Glycated hemoglobin or HbA1c level measurement is a useful diagnostic screening method for diabetic patients. HbA1c level equal to or more than 6.5% means more than 48 mmol/mol indicates a diagnosis of diabetes mellitus; whereas, the HbA1c level between 5.7–6.4% means between 39–46 mmol/mol is considered as a prediabetic condition.
Clinical experts found that the risk of miscarriage and congenital malformation correlates with the HbA1c level. Aneuploidy is a chromosomal defect within a cell. In the human body, 46 chromosomes are present, but 45 or 47 chromosomal development during fetal growth is considered as aneuploidy.
Recently clinical researchers from Philadelphia have declared that the probability of sex chromosome aneuploidies in embryos is double in pre-diabetic patients in comparison with embryos formed in patients who have normal levels of glycated hemoglobin.
Researchers included patients who had undergone IVF with pre-implantation genetic testing for aneuploidies to establish the fact. In this research, diabetic patients were not included to reduce the confusion during result analysis.
Embryos at their blastocyte stage were thoroughly analyzed from 393 patients. Among these study participants, 320 patients had a normal level of HbA1c, whereas the remaining 73 patients had their prediabetic stage as their HbA1c lied between the 39–46 mmol/mol.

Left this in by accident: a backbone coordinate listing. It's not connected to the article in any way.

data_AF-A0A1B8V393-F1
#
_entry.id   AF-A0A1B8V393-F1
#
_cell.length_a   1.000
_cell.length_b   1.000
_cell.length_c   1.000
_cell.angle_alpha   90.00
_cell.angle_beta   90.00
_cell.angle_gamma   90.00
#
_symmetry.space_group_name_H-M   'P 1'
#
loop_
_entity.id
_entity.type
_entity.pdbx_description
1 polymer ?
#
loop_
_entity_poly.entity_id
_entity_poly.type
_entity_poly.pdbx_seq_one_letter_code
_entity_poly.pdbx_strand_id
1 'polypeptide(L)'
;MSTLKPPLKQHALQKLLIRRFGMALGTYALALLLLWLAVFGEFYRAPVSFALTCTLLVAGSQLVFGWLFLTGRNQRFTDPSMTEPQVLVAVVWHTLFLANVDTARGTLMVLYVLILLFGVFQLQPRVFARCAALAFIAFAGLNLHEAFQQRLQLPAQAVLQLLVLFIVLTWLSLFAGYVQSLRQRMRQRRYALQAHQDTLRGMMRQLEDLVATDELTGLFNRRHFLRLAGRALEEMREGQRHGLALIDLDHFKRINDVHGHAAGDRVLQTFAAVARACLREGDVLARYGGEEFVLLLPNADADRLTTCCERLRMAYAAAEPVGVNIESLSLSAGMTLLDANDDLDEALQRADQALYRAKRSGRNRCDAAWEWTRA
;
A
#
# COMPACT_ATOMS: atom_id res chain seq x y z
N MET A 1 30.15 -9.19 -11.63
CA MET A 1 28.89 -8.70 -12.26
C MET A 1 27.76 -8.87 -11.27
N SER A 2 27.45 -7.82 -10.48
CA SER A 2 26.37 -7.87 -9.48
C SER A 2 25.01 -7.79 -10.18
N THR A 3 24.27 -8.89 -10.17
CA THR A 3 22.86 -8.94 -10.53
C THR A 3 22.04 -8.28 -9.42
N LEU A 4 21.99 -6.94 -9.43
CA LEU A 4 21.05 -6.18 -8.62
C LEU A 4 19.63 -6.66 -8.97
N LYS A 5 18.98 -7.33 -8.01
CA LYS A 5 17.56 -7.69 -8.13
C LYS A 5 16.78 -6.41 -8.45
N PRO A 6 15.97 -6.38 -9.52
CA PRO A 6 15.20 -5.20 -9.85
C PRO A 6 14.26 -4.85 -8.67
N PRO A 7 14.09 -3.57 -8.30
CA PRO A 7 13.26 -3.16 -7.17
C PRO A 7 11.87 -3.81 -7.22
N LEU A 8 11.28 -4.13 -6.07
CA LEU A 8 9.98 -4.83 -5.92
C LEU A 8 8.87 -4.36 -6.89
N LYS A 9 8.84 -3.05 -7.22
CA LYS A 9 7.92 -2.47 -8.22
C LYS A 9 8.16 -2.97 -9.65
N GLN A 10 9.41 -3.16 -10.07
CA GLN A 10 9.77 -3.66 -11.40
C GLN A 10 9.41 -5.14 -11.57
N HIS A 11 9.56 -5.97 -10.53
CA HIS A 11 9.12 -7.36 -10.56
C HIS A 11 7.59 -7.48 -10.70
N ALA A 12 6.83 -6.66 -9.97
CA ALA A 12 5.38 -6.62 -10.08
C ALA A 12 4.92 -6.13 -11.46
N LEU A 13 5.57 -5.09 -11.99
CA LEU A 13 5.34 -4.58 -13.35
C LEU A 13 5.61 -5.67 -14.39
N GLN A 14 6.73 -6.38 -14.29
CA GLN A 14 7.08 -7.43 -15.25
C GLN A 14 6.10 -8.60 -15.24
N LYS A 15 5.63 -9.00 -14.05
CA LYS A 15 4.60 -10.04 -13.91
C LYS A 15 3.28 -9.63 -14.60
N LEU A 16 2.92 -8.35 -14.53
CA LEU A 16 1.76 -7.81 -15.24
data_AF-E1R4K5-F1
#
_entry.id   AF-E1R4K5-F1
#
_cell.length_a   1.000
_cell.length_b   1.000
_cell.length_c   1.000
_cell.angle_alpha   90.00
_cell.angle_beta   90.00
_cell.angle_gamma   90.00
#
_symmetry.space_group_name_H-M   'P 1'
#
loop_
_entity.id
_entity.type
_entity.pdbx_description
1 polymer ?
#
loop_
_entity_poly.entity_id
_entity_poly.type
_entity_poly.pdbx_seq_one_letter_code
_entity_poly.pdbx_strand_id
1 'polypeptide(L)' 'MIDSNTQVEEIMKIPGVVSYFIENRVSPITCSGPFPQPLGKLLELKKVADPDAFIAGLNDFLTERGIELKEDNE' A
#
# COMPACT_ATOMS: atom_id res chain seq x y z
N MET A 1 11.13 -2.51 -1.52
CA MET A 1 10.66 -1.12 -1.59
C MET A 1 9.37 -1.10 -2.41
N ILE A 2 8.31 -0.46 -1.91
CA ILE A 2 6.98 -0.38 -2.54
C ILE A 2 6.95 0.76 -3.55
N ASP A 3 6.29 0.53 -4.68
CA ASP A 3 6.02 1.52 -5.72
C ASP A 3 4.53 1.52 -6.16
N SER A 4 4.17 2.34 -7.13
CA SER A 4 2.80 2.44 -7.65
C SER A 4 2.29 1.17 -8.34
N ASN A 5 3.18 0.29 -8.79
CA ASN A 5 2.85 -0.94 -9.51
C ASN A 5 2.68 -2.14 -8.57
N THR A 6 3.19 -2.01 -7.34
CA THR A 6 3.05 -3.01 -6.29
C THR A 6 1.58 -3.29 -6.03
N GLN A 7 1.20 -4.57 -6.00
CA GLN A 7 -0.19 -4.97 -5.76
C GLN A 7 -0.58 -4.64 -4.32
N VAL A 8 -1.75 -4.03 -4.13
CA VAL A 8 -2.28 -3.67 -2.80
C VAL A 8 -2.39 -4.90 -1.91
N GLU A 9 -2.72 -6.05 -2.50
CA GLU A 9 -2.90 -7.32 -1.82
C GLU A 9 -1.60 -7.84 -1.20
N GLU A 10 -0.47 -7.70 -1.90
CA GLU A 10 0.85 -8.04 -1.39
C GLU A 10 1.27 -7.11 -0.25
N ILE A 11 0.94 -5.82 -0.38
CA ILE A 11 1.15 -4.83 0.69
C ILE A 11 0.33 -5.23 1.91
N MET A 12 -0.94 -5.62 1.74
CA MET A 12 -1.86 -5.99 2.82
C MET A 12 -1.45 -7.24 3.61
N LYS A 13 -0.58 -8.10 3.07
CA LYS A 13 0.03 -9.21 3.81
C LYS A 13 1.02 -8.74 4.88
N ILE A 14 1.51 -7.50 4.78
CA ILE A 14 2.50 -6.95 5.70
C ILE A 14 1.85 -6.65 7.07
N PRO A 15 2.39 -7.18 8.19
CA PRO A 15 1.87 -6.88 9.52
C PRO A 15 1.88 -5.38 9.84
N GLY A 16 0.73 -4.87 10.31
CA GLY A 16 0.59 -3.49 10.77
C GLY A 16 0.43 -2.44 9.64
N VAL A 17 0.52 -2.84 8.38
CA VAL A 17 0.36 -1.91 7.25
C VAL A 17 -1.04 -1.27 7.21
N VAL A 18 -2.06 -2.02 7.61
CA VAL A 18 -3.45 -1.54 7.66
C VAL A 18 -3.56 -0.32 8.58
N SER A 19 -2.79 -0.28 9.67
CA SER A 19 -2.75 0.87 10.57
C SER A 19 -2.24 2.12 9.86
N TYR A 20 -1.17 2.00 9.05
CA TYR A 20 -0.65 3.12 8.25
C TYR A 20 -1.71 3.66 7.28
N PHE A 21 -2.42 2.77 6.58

The research findings reported a significant correlation between sex-chromosome aneuploidy with the pre-diabetic condition. But it is necessary to mention that no association with autosomal aneuploidies. Researchers had also reported that embryos of both non-diabetic patients and pre-diabetic patients have a 50% chance to develop non-sex chromosomal abnormality. But X and Y chromosomal abnormality is more frequent in the embryos developed among pre-diabetic patients than in embryos develops in non-diabetic patients. It is necessary to mention that the maternal age and Follicle-stimulating hormone (FSH) and Anti-Mullerian Hormone (AMH) hormonal levels do not correlate with aneuploidy. The study data had revealed at the 75th annual Scientific Congress and Expo of the American Society for Reproductive Medicine, researchers from Northwell Fertility (NY).
Fertility experts commented on this study findings that both diabetic and pre-diabetic patients have a delicate effect on their reproductive system. Further detailed studies provide more detailed results. However, it is necessary to mention that both diabetic and pre-diabetic patients need counseling to provide confidence that positive effort possibly helps them to conceive normally and also can mitigate the associated problems.